E2F1 mediated apoptosis induced by the DNA damage response is blocked by EBV nuclear antigen 3C in lymphoblastoid cells
Saha A, Lu J, Morizur L, Upadhyay SK, Aj MP, Robertson ES. 2012.
PLoS Pathog. 8:e1002573. Epub 2012 Mar 15.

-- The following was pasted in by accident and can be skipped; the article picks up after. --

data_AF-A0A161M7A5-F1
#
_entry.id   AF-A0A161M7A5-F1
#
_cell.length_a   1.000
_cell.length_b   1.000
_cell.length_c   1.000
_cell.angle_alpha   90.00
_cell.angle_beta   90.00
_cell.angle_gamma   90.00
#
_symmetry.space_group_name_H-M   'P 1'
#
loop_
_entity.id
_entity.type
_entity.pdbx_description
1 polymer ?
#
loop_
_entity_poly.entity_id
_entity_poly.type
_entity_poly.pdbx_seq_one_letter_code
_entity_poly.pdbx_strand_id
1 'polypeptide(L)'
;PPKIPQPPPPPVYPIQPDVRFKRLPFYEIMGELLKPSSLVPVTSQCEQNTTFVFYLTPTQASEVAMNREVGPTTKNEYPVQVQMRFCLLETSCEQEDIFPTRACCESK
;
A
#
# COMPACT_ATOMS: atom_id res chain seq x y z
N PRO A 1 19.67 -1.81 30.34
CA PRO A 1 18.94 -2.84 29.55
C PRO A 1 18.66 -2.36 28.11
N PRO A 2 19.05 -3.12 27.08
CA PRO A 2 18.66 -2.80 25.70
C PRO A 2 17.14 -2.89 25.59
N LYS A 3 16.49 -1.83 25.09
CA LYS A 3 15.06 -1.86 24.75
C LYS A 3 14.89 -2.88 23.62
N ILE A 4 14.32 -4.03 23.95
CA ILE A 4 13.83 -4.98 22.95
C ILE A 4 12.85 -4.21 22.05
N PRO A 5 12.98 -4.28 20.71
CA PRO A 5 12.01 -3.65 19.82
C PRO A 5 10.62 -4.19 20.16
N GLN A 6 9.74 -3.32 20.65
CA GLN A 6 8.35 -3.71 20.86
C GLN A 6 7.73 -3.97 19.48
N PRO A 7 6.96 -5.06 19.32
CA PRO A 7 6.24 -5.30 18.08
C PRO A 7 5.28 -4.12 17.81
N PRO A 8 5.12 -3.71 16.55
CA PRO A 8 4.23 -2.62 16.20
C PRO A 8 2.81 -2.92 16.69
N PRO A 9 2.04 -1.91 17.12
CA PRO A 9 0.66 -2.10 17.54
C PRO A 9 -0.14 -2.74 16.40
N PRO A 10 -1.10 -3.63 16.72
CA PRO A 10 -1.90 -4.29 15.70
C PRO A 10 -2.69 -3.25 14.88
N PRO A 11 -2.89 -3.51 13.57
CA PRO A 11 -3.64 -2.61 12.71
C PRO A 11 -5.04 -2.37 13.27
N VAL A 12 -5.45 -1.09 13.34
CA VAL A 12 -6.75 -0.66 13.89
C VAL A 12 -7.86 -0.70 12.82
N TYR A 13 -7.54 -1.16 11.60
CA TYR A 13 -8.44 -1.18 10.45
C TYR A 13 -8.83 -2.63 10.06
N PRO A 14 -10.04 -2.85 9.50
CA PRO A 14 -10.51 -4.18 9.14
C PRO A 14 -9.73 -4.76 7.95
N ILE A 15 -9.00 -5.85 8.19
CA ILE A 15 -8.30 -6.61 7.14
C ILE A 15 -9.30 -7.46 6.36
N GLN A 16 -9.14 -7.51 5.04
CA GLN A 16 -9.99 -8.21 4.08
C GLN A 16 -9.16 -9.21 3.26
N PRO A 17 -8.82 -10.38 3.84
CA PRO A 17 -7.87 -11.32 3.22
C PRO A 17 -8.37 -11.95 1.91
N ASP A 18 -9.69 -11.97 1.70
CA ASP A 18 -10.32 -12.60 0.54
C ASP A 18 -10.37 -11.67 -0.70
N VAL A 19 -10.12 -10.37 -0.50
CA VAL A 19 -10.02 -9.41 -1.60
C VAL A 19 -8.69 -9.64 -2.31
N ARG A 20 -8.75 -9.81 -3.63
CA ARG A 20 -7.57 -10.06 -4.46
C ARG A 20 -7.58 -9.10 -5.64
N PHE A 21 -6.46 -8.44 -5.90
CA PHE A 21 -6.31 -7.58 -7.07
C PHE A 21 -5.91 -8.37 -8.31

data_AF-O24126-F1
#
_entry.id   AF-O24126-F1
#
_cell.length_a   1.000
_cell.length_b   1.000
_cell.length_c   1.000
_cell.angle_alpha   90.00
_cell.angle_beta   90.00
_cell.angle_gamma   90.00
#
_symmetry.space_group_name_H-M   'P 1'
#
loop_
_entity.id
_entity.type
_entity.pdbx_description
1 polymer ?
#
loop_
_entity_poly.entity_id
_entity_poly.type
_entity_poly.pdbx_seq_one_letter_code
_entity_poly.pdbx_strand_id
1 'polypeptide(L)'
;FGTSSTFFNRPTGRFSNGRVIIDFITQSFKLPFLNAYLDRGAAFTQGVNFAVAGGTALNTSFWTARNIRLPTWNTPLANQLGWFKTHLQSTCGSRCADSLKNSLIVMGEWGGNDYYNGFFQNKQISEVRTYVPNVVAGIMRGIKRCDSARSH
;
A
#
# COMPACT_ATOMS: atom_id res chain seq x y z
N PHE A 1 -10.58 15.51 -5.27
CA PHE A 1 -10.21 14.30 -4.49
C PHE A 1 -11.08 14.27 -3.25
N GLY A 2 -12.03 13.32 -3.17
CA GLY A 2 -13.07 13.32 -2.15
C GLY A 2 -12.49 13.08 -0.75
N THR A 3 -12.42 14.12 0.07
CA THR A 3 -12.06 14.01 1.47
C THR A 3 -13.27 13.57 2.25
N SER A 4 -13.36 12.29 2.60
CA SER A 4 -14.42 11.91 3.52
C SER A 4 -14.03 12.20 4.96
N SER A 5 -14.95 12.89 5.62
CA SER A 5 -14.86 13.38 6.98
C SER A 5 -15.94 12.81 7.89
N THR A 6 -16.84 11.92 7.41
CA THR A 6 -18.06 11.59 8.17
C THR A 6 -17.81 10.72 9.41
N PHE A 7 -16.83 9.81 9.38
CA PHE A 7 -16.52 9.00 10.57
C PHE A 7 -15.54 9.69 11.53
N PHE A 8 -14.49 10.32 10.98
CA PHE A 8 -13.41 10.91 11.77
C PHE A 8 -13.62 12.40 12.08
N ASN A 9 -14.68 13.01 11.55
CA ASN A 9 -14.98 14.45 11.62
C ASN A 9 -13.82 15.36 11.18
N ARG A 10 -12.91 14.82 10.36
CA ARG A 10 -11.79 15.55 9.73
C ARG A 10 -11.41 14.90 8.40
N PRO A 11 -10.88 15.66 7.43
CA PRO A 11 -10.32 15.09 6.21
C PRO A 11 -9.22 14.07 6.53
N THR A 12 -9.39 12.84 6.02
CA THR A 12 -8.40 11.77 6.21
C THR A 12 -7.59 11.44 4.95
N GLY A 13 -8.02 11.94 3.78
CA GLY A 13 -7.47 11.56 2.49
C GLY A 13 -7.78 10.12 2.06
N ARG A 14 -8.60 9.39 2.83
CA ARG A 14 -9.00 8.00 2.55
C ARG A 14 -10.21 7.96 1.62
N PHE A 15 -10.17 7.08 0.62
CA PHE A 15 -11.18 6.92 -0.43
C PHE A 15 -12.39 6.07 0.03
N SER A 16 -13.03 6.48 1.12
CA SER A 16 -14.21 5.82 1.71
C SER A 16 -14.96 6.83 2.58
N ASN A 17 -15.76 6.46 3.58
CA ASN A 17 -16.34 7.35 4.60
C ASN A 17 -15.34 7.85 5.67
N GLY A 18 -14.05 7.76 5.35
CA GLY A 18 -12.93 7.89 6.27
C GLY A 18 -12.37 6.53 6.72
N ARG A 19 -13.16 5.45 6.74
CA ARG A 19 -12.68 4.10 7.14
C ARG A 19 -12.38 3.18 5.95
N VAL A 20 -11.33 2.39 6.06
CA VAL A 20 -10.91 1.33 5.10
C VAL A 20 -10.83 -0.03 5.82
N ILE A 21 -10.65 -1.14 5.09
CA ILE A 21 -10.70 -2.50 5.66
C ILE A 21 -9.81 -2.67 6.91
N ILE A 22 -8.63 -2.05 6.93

EBV latent antigen EBNA3C is indispensible for in vitro B-cell immortalization resulting in continuously proliferating lymphoblastoid cell lines (LCLs). EBNA3C was previously shown to target pRb for ubiquitin-proteasome mediated degradation, which facilitates G1 to S transition controlled by the major transcriptional activator E2F1. E2F1 also plays a pivotal role in regulating DNA damage induced apoptosis through both p53-dependent and -independent pathways. In this study, we demonstrate that in response to DNA damage LCLs knocked down for EBNA3C undergo a drastic induction of apoptosis, as a possible consequence of both p53- and E2F1-mediated activities. Importantly, EBNA3C was previously shown to suppress p53-induced apoptosis. Now, we also show that EBNA3C efficiently blocks E2F1-mediated apoptosis, as well as its anti-proliferative effects in a p53-independent manner, in response to DNA damage. The N- and C-terminal domains of EBNA3C form a stable pRb independent complex with the N-terminal DNA-binding region of E2F1 responsible for inducing apoptosis. Mechanistically, we show that EBNA3C represses E2F1 transcriptional activity via blocking its DNA-binding activity at the responsive promoters of p73 and Apaf-1 apoptosis induced genes, and also facilitates E2F1 degradation in an ubiquitin-proteasome dependent fashion. Moreover, in response to DNA damage, E2F1 knockdown LCLs exhibited a significant reduction in apoptosis with higher cell-viability. In the presence of normal mitogenic stimuli the growth rate of LCLs knockdown for E2F1 was markedly impaired; indicating that E2F1 plays a dual role in EBV positive cells and that active engagement of the EBNA3C-E2F1 complex is crucial for inhibition of DNA damage induced E2F1-mediated apoptosis. This study offers novel insights into our current understanding of EBV biology and enhances the potential for development of effective therapies against EBV associated B-cell lymphomas.